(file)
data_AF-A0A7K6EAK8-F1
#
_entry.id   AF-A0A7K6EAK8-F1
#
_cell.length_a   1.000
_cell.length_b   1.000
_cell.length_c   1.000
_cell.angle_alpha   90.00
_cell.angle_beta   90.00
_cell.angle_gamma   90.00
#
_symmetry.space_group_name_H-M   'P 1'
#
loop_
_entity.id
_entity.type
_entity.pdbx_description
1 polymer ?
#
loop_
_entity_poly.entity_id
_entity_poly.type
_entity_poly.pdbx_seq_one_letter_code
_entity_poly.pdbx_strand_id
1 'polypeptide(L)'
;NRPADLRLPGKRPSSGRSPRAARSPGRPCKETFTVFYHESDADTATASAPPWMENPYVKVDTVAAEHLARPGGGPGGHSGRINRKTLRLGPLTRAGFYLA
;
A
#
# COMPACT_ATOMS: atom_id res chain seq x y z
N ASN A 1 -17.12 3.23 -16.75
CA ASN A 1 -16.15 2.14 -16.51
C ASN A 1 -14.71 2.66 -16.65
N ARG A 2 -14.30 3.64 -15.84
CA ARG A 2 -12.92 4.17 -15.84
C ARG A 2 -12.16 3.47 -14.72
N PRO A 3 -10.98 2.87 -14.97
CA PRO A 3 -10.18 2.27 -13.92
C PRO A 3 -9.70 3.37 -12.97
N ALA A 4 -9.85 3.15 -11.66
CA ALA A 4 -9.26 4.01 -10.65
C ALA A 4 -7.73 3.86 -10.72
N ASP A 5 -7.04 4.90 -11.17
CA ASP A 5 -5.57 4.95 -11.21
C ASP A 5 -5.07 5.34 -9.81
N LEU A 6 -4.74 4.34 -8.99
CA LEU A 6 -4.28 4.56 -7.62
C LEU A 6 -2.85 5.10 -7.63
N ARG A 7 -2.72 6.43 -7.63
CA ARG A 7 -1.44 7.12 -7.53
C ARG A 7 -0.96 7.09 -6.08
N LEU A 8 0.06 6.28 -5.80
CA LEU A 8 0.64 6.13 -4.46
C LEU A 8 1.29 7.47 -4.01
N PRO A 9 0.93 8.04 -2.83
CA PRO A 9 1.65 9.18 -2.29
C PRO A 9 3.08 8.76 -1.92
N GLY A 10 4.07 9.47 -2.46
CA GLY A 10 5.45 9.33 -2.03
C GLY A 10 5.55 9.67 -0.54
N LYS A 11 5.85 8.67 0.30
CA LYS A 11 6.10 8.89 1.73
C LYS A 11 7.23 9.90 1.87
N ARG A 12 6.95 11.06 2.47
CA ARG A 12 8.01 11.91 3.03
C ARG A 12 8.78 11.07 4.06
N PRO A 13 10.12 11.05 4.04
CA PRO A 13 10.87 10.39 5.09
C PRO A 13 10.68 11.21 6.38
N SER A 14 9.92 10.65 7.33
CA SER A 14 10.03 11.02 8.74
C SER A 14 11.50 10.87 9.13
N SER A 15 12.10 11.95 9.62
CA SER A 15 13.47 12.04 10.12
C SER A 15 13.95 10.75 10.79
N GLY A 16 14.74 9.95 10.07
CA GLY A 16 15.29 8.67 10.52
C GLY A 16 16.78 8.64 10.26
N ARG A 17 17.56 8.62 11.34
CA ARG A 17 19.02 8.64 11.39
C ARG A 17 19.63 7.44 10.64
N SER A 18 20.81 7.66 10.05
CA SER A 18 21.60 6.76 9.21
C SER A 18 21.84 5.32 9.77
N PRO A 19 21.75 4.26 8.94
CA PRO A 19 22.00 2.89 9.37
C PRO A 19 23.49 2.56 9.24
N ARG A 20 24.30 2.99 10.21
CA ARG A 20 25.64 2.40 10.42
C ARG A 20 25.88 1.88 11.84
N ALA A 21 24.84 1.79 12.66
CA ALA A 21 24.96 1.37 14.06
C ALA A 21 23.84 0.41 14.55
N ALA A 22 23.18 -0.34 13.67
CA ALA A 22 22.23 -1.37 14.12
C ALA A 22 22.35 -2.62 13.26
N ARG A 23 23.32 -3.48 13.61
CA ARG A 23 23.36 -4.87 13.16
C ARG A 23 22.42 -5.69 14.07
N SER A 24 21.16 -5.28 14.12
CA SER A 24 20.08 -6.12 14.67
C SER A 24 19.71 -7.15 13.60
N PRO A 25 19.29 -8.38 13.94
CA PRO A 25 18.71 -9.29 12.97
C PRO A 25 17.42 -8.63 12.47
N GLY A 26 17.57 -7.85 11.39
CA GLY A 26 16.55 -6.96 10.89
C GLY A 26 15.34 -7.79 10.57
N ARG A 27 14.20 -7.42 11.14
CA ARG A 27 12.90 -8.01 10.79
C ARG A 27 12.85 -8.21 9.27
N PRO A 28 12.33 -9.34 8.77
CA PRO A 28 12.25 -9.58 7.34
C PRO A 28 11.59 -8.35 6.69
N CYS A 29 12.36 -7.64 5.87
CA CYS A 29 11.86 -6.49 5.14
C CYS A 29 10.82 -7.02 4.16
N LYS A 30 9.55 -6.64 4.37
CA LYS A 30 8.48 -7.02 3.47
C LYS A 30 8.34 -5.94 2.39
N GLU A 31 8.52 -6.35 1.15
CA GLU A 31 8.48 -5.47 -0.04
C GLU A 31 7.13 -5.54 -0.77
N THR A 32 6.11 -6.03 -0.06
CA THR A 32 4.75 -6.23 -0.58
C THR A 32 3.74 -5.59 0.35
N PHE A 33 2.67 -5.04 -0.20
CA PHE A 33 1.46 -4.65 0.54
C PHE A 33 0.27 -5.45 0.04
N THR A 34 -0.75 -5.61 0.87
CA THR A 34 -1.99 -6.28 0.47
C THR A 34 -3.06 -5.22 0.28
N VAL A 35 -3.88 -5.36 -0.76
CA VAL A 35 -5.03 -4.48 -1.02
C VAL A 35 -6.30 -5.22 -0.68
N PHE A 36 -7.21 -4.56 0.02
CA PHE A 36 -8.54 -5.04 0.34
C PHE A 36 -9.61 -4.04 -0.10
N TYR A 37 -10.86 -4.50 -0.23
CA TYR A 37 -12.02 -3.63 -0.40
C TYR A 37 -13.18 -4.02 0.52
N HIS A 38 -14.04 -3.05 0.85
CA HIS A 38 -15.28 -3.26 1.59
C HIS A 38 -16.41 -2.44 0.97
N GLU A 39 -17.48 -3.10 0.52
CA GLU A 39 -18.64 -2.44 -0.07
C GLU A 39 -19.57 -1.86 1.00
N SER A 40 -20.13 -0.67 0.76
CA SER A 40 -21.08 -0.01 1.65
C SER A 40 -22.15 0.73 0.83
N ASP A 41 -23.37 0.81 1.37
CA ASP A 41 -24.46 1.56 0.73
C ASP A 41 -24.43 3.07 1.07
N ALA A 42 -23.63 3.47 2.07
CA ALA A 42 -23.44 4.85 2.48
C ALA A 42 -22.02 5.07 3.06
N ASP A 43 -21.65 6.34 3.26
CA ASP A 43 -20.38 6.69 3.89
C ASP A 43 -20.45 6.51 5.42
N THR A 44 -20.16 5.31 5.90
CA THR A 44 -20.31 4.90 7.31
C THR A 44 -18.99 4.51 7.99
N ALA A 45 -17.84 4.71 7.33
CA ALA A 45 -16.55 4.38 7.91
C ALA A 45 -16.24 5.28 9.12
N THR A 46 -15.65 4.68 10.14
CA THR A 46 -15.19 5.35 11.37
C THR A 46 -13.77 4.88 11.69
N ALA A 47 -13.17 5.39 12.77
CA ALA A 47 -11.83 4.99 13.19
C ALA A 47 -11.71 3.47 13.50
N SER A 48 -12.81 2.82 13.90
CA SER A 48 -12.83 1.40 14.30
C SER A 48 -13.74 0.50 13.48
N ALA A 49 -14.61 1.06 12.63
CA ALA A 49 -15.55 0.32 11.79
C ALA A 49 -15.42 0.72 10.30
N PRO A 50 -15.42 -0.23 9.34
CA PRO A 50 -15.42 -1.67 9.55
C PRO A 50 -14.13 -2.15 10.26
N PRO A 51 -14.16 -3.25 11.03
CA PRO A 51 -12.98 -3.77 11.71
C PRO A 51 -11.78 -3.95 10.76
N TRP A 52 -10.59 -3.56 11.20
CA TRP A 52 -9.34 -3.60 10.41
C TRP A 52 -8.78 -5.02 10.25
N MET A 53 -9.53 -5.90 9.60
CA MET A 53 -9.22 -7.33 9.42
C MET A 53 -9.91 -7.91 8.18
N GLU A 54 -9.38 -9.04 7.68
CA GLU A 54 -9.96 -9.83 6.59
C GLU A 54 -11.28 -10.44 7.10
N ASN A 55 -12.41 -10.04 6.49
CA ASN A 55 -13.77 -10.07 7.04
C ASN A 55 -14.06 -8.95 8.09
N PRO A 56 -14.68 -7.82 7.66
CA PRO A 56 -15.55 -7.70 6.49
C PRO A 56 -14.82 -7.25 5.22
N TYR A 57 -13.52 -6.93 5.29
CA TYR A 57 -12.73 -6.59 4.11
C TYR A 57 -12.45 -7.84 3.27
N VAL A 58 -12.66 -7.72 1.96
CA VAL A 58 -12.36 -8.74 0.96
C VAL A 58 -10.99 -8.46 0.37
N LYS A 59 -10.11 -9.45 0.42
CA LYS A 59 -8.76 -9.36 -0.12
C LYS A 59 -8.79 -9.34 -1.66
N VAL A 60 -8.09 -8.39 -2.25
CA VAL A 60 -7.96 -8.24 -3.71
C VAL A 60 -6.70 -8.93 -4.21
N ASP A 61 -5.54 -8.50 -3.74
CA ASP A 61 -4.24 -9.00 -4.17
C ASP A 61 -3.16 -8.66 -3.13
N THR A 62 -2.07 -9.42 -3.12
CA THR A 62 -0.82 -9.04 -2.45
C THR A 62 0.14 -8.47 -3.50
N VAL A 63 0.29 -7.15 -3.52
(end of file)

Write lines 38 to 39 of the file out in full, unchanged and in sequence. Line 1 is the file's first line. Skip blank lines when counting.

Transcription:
CA PRO A 3 -10.18 2.27 -13.92
C PRO A 3 -9.70 3.37 -12.97